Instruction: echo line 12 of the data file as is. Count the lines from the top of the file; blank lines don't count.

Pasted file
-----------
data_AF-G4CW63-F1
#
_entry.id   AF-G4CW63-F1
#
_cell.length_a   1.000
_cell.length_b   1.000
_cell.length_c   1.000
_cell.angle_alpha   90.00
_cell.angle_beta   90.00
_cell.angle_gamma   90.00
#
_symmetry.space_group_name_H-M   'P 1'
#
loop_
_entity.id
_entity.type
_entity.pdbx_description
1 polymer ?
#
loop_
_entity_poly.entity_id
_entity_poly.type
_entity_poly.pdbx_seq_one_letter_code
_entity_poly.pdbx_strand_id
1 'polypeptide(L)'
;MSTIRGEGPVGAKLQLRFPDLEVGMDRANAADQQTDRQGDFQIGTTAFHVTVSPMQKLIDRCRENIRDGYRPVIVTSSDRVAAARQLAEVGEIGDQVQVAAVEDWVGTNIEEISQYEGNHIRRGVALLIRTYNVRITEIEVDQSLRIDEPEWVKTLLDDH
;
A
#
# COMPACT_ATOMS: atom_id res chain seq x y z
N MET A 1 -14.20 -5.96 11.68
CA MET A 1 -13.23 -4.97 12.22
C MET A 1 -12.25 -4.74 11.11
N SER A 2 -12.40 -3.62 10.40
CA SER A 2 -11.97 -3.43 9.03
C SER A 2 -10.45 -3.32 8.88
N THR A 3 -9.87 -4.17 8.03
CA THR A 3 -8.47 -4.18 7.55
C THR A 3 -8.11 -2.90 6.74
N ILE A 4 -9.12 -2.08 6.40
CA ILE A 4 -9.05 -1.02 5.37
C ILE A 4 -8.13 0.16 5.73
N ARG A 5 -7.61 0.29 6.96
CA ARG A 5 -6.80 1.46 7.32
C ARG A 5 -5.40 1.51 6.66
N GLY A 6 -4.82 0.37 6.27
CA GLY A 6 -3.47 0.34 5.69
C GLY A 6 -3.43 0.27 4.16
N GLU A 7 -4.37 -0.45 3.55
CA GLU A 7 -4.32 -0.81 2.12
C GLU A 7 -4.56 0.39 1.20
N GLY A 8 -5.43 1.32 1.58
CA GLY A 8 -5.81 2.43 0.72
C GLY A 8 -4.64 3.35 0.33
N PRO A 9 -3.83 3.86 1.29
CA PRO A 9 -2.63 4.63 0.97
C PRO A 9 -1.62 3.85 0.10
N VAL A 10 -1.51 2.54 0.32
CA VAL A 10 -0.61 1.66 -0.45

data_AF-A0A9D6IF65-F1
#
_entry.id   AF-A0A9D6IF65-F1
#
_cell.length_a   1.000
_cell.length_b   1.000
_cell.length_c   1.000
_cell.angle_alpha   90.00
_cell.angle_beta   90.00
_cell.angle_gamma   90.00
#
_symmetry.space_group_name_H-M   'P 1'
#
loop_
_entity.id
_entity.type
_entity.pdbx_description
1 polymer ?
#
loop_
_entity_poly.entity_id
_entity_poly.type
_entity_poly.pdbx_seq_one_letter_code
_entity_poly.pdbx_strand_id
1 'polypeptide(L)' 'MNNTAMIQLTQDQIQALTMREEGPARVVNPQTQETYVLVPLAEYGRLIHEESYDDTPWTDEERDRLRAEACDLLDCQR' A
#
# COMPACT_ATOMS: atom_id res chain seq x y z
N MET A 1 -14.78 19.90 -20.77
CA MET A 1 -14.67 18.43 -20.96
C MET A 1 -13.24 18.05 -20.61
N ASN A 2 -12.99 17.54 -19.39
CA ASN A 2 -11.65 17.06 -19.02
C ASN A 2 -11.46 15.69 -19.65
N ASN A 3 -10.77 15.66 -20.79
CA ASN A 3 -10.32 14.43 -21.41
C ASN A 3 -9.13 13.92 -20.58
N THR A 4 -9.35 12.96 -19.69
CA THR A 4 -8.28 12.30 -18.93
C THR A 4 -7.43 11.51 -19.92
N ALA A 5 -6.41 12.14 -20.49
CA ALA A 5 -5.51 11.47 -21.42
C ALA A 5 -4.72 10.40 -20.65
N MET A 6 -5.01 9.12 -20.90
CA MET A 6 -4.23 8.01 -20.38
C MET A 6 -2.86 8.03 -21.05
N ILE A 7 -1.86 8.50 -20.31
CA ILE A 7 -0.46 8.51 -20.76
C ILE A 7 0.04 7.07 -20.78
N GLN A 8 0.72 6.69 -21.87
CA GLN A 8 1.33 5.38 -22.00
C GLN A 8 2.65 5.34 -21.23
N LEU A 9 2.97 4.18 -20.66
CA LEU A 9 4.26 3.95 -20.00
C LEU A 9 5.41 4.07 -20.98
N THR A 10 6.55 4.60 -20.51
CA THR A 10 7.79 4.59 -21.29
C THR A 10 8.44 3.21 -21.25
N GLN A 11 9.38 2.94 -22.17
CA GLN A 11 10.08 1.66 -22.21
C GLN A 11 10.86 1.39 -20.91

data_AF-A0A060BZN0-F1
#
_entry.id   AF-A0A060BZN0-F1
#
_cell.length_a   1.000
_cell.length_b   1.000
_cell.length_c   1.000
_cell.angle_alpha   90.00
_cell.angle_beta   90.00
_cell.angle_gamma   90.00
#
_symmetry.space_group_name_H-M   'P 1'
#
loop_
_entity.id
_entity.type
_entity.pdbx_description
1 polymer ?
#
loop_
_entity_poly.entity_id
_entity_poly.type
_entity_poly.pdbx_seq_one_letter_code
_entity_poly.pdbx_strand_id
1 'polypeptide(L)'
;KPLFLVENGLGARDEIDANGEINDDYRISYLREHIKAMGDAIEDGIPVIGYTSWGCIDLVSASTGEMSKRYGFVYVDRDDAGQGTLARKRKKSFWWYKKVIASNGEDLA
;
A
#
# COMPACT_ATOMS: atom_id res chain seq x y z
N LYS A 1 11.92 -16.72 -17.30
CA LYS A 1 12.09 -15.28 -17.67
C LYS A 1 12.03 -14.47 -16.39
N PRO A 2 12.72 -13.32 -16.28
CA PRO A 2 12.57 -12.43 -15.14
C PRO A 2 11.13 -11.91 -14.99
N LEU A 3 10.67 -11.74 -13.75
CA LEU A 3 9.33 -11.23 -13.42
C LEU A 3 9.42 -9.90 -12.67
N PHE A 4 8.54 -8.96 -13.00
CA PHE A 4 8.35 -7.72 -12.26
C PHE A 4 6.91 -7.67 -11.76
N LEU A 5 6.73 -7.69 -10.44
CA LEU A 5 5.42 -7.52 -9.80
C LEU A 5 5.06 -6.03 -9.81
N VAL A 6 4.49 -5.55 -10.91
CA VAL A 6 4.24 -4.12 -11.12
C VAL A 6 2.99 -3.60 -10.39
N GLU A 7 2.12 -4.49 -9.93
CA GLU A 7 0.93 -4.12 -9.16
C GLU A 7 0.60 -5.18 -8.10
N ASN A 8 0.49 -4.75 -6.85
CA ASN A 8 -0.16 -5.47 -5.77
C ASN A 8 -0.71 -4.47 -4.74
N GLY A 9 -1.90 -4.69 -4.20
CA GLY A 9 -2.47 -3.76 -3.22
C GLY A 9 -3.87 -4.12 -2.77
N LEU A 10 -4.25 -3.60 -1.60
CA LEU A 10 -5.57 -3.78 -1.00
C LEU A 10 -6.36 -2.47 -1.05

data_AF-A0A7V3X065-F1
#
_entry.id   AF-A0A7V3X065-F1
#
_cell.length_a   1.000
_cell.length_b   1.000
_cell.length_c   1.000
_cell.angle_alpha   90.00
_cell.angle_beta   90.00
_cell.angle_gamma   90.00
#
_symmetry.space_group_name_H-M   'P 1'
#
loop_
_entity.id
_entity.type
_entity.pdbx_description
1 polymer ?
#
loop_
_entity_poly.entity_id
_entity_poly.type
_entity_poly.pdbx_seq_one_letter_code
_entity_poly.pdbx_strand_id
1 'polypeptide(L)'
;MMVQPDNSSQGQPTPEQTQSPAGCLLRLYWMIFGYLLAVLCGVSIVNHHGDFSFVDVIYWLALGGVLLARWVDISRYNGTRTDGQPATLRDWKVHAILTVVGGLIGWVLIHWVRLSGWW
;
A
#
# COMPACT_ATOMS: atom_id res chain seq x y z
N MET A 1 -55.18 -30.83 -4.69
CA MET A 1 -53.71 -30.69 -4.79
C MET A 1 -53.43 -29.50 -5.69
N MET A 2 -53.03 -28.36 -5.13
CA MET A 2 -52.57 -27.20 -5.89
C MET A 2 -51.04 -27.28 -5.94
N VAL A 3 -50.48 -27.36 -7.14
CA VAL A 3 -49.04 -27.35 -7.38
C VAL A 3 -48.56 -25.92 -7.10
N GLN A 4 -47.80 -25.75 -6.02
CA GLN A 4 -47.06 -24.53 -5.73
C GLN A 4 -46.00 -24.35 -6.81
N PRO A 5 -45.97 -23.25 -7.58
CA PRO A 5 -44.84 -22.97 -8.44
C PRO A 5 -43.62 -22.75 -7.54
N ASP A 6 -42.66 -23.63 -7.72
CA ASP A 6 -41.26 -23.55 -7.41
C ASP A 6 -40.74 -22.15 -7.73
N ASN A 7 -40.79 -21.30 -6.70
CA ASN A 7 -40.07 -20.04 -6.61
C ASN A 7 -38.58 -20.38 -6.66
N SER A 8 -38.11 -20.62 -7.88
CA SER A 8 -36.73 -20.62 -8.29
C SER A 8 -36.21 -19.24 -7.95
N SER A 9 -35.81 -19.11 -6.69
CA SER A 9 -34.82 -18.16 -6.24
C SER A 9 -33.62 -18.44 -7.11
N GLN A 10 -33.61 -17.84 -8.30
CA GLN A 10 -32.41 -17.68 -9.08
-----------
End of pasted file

_symmetry.space_group_name_H-M   'P 1'